chapter  2
16 Pages

Description of Language and Language Use 2 Grammar

ByDiane Larsen-Freeman and Jeanette DeCarrico

Introduction: Grammar and Grammars When it comes to definitions of grammar, confusion abounds. One problem is that the word ‘grammar’ means different things to different people. For many, the term suggests a list of do’s and don’ts, rules that tell us we should say It is I, not It is me, that we should not say ain’t, or that we should avoid ending a sentence with a preposition. For others, the term may refer to the rules of grammar found mainly in written language, for example, rules that label sentence fragments as incorrect even though they are often found in spoken language (for example, ‘Working on a term paper’ as a response to the question ‘What are you doing?’), or that admonish us not to begin sentences with and or but, though again, this usage is common in spoken English. For still others, it may simply mean an objective description of the structures of language, with no comment concerning correct versus incorrect forms. Grammars with rules that make distinctions between correct and incorrect

forms are defined as ‘prescriptive’ grammars. They tell us how we ought to speak, as in It is I, and how we ought not to speak, as in It is me, or He ain’t home. This approach codifies certain distinctions between standard and non-standard varieties, and often makes overt value judgements by referring to the standard varieties as correct, or ‘good’, English and the non-standard as incorrect, or ‘bad’, English. Grammars that do not make these distinctions and that aim to describe language as

it is actually used are called ‘descriptive’ grammars. The rules are more like a blueprint for building well-formed structures, and they represent speakers’ unconscious knowledge, or ‘mental grammar’ of the language. Taking this unconscious knowledge into account, this approach focuses on describing how native speakers actually do speak and does not prescribe how they ought to speak. No value judgements are made, but rather the value-neutral terms ‘grammatical’ and ‘ungrammatical’ are used to distinguish between patterns that are well-formed, possible sentences or phrases in a language and those that are not. For example, The cow ate the corn is a grammatical sentence in English, but *Ate the corn the cow is ungrammatical. (An asterisk indicates a form that is ungrammatical or inappropriate.) Grammar in this sense consists of rules of syntax, which specify how words and phrases combine to form sentences, and rules of morphology, which specify how word forms are constructed (for example, present and past tense distinctions: love, loved; number distinctions: word, words) and so on. For linguists, a descriptive grammar may also be a more detailed look at language, including not only syntax and morphology but also phonetics, phonology, semantics and lexis (that is, vocabulary). For applied linguists, the focus is more on ‘pedagogical grammar’, the type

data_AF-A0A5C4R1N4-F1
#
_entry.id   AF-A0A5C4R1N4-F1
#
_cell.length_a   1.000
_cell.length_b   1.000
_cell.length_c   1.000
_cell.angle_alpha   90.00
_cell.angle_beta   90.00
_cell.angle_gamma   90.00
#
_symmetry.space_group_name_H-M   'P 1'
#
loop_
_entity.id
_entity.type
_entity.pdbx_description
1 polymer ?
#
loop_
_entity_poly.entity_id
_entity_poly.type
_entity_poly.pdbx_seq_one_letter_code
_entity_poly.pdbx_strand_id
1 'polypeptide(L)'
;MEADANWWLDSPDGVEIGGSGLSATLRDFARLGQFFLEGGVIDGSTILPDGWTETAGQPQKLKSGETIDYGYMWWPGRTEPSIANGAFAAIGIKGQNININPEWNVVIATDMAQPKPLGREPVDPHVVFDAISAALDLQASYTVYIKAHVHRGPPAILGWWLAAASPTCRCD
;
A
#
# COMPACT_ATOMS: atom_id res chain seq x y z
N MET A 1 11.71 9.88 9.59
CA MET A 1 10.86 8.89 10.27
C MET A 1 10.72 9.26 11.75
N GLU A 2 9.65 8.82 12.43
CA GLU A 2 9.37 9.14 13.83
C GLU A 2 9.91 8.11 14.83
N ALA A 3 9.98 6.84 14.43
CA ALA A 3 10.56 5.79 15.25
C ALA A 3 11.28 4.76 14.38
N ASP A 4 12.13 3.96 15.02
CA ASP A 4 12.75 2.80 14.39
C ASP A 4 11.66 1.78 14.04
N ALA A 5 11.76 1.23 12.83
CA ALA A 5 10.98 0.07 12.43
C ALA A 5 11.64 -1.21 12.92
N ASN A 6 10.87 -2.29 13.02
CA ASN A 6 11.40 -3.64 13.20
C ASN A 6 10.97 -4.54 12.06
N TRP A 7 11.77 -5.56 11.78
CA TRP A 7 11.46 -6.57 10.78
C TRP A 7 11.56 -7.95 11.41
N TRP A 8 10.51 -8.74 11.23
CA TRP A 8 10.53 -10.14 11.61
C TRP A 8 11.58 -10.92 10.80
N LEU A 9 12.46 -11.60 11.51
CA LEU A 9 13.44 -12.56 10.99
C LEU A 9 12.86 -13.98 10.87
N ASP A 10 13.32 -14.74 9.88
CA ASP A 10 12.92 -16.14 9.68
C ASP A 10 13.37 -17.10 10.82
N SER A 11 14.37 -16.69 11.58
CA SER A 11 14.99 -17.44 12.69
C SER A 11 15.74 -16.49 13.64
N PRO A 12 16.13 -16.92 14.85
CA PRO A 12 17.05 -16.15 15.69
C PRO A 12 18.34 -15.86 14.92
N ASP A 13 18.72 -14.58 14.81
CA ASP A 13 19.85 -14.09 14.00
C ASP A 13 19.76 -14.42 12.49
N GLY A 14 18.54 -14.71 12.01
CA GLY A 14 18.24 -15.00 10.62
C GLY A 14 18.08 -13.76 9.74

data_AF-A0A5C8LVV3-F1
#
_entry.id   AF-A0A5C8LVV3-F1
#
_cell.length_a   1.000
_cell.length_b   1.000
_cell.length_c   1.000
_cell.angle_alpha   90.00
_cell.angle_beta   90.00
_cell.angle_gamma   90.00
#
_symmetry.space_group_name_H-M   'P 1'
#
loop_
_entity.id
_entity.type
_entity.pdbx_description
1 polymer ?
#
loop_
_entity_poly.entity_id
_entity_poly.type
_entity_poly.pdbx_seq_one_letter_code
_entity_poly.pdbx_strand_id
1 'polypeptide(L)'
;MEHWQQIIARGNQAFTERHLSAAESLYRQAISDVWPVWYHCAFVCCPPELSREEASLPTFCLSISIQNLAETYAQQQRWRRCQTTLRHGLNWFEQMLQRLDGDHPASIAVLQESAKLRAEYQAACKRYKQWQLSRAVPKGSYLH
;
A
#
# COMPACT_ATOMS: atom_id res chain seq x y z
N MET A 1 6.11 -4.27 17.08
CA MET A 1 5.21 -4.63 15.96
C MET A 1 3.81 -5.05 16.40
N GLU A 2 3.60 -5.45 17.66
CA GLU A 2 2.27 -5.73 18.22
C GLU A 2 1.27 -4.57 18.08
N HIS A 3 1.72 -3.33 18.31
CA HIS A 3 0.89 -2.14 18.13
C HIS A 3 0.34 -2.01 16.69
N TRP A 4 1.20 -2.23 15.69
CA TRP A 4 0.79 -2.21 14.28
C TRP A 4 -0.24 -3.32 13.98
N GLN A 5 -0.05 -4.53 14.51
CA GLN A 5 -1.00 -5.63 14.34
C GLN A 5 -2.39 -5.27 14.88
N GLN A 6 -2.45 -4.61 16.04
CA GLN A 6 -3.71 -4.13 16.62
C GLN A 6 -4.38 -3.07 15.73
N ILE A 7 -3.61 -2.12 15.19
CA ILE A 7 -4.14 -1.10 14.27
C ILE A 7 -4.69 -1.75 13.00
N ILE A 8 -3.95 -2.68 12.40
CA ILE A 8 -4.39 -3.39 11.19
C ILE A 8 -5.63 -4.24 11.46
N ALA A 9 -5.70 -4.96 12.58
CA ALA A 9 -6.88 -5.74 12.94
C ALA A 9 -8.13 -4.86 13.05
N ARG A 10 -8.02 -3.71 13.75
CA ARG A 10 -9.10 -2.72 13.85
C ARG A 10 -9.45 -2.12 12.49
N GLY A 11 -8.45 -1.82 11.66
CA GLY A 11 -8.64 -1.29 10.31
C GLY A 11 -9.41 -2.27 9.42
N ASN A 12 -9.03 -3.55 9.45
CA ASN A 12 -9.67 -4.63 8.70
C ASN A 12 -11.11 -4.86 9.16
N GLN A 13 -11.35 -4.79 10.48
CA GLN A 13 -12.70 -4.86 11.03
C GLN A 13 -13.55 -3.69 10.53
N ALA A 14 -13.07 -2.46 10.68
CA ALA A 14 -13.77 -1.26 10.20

of grammar designed for the needs of second-language students and teachers.